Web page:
Organic solar cells are an interesting and potentially very low cost solar conversion technology. While significant progress has been made towards improving the efficiency of organic solar cells, their stability remains a major problem. In this talk, I will discuss the device physics of organic solar cells, and show some recent data on high efficiency materials such as PTB7. I will also discuss the stability of solar cells, both intrinsic stability (changes in fundamental material properties when subjected to light) and extrinsic stability (changes in contacts etc ). It will be shown that light generates defects, both in the basic material, and at the heterojunction interface. The data show that the defects tend to saturate in time. It will also be shown that for certain materials and device structures, thermal annealing can completely reverse the defects created by light. I will also discuss hybrid devices, with inorganic semiconductors acting as electron transport layers, and show how they are much more stable than all-organic devices. Finally, I will discuss some recent work on inorganic/organic hybrid tandem cells.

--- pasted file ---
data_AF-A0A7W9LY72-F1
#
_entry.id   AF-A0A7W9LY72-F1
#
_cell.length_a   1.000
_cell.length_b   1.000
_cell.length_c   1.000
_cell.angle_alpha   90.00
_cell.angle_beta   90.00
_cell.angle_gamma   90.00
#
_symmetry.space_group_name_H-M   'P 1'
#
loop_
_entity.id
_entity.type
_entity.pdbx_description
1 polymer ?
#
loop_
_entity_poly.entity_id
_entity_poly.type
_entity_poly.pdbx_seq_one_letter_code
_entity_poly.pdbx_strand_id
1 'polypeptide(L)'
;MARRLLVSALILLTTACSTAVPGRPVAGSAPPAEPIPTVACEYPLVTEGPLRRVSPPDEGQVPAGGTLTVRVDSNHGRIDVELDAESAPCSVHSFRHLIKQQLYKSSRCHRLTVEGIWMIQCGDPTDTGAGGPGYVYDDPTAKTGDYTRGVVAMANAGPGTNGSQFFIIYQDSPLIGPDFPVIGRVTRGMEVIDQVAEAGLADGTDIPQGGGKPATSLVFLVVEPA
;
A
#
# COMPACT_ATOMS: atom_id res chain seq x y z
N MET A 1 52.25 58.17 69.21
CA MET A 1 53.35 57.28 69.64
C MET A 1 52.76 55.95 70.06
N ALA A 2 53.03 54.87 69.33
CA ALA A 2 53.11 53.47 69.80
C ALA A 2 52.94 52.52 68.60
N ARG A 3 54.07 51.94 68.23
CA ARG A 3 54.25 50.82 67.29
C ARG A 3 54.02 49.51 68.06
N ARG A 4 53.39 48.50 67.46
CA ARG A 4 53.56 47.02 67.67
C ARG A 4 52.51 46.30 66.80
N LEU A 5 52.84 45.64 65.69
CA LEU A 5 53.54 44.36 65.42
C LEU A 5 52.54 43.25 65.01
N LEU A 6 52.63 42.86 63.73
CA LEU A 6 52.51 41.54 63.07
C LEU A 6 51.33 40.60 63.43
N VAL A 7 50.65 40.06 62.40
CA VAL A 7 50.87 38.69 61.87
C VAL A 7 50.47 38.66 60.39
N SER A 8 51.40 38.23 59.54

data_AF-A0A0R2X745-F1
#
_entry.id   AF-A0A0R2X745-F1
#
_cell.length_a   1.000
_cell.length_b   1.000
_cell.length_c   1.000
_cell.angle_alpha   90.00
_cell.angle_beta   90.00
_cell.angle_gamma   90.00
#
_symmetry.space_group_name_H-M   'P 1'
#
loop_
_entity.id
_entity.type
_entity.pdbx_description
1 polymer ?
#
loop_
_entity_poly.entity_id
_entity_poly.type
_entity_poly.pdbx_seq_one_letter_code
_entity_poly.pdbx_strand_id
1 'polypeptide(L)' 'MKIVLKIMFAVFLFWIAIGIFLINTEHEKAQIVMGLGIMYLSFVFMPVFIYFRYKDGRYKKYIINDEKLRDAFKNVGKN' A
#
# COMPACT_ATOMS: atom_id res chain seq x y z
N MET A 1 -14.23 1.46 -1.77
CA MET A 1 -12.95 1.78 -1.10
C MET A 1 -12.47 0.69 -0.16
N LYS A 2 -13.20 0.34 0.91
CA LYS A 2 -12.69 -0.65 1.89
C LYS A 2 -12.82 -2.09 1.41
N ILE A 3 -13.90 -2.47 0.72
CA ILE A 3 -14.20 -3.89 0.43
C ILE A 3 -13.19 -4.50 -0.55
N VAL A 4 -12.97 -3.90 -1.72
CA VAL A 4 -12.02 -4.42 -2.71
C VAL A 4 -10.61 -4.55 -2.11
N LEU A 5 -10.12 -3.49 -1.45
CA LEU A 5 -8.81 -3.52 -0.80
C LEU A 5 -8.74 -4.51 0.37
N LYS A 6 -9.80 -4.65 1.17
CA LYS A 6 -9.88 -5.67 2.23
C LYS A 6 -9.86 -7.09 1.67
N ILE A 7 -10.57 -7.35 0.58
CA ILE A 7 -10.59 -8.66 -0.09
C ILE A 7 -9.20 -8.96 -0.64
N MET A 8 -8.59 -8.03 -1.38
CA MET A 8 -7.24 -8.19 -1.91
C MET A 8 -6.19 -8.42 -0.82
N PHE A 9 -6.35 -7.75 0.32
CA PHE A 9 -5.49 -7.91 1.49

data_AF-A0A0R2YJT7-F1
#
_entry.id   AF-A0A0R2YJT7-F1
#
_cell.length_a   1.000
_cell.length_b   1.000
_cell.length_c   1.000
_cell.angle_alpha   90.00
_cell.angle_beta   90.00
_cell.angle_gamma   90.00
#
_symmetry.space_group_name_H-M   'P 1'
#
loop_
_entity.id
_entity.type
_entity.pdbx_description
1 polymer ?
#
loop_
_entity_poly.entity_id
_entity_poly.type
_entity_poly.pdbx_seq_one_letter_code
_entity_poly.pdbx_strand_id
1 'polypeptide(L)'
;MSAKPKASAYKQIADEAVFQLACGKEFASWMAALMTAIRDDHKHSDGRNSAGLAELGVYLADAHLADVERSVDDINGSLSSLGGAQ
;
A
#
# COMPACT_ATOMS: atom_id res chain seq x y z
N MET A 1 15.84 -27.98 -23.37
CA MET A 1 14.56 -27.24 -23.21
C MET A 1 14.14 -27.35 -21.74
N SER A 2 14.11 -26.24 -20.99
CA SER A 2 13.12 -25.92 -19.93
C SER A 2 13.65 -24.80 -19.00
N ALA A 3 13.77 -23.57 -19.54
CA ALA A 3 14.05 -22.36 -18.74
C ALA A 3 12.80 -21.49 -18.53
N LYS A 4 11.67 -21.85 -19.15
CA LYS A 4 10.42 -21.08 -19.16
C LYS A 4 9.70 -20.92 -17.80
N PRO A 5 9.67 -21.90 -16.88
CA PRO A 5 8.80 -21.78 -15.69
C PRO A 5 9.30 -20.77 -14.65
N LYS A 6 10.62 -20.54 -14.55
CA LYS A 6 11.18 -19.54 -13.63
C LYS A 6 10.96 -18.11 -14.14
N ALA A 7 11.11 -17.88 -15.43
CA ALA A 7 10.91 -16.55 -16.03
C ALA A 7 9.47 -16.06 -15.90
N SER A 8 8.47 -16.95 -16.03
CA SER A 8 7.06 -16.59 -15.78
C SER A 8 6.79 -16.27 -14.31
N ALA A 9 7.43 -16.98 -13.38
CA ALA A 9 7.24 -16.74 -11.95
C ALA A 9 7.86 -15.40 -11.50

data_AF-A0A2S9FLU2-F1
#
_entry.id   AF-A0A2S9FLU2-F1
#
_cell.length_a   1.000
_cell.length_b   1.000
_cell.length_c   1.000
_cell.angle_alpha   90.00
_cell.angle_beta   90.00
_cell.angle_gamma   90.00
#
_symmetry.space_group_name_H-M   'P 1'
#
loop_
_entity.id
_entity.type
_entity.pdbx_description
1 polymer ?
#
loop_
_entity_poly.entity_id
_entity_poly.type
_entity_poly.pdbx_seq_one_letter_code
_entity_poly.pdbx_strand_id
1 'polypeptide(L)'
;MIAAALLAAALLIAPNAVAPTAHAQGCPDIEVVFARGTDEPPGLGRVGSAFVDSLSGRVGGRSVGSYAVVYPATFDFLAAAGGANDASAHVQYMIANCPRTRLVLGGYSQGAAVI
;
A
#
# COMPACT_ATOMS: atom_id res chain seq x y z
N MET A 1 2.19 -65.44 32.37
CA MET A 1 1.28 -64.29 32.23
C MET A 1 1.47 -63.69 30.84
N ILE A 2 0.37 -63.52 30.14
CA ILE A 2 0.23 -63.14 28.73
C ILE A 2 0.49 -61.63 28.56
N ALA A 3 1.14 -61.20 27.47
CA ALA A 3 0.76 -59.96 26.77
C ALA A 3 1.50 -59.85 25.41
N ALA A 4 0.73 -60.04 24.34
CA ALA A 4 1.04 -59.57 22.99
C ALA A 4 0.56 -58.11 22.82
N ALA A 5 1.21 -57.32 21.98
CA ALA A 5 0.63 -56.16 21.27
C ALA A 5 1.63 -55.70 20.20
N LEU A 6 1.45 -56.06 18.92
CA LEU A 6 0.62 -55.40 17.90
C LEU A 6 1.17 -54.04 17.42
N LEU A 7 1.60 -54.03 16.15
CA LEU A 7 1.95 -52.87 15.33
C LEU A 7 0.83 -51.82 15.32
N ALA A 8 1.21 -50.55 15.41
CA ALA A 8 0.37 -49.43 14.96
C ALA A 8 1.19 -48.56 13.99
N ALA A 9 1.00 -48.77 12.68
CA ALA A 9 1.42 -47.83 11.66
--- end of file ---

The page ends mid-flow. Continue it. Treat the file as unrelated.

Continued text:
Dr. Vikram Dalal is Whitney Professor of Electrical and Computer Engineering at Iowa State University in the U.S. He is a Fellow of IEEE, AAAS and the American Physical Society in recognition of his pioneering work on thin film photovoltaic materials and devices. His research is primarily on photovoltaic energy conversion, and on energy systems. He holds a B.Engr. degree from University of Bombay, and Ph.D. in EE, and M.P.A. in Applied Economics, both from Princeton University in the U.S. He has extensive experience in research in both academia and industry, and holds 12 U.S. patents and is author of over 170 publications.
Date & Time : 17 October 2013, 4 PM
Contact : Prof. J Vasi – firstname.lastname@example.org